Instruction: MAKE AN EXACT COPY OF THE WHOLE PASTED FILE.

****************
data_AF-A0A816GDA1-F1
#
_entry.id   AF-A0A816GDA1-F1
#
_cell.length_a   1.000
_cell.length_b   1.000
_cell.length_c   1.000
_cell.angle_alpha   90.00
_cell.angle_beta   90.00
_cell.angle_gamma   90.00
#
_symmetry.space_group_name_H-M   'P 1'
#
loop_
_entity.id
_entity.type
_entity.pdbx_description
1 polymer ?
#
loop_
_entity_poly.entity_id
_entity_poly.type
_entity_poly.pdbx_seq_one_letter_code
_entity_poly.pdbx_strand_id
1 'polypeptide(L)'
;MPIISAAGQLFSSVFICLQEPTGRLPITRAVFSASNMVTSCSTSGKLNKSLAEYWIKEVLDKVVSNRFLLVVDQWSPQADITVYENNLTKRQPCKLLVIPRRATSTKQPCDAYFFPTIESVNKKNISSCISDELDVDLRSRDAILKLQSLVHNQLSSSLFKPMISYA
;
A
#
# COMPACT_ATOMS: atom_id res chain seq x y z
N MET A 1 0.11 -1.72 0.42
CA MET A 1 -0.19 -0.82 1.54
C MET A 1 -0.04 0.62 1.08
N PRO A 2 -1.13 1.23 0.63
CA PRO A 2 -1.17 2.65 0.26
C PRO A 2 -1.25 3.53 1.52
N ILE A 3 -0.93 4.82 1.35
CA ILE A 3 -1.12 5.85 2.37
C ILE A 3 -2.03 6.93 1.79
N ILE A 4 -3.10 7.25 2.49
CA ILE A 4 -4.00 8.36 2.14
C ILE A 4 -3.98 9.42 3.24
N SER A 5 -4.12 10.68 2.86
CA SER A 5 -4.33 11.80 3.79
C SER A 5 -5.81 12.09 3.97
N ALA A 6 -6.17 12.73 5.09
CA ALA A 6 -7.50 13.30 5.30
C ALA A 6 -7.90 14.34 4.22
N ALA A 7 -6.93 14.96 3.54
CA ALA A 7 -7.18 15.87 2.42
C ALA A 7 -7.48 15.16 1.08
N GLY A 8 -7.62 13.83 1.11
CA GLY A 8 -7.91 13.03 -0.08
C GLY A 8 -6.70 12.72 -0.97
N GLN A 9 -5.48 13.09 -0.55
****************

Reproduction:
data_AF-A0A816GDA1-F1
#
_entry.id   AF-A0A816GDA1-F1
#
_cell.length_a   1.000
_cell.length_b   1.000
_cell.length_c   1.000
_cell.angle_alpha   90.00
_cell.angle_beta   90.00
_cell.angle_gamma   90.00
#
_symmetry.space_group_name_H-M   'P 1'
#
loop_
_entity.id
_entity.type
_entity.pdbx_description
1 polymer ?
#
loop_
_entity_poly.entity_id
_entity_poly.type
_entity_poly.pdbx_seq_one_letter_code
_entity_poly.pdbx_strand_id
1 'polypeptide(L)'
;MPIISAAGQLFSSVFICLQEPTGRLPITRAVFSASNMVTSCSTSGKLNKSLAEYWIKEVLDKVVSNRFLLVVDQWSPQADITVYENNLTKRQPCKLLVIPRRATSTKQPCDAYFFPTIESVNKKNISSCISDELDVDLRSRDAILKLQSLVHNQLSSSLFKPMISYA
;
A
#
# COMPACT_ATOMS: atom_id res chain seq x y z
N MET A 1 0.11 -1.72 0.42
CA MET A 1 -0.19 -0.82 1.54
C MET A 1 -0.04 0.62 1.08
N PRO A 2 -1.13 1.23 0.63
CA PRO A 2 -1.17 2.65 0.26
C PRO A 2 -1.25 3.53 1.52
N ILE A 3 -0.93 4.82 1.35
CA ILE A 3 -1.12 5.85 2.37
C ILE A 3 -2.03 6.93 1.79
N ILE A 4 -3.10 7.25 2.49
CA ILE A 4 -4.00 8.36 2.14
C ILE A 4 -3.98 9.42 3.24
N SER A 5 -4.12 10.68 2.86
CA SER A 5 -4.33 11.80 3.79
C SER A 5 -5.81 12.09 3.97
N ALA A 6 -6.17 12.73 5.09
CA ALA A 6 -7.50 13.30 5.30
C ALA A 6 -7.90 14.34 4.22
N ALA A 7 -6.93 14.96 3.54
CA ALA A 7 -7.18 15.87 2.42
C ALA A 7 -7.48 15.16 1.08
N GLY A 8 -7.62 13.83 1.11
CA GLY A 8 -7.91 13.03 -0.08
C GLY A 8 -6.70 12.72 -0.97
N GLN A 9 -5.48 13.09 -0.55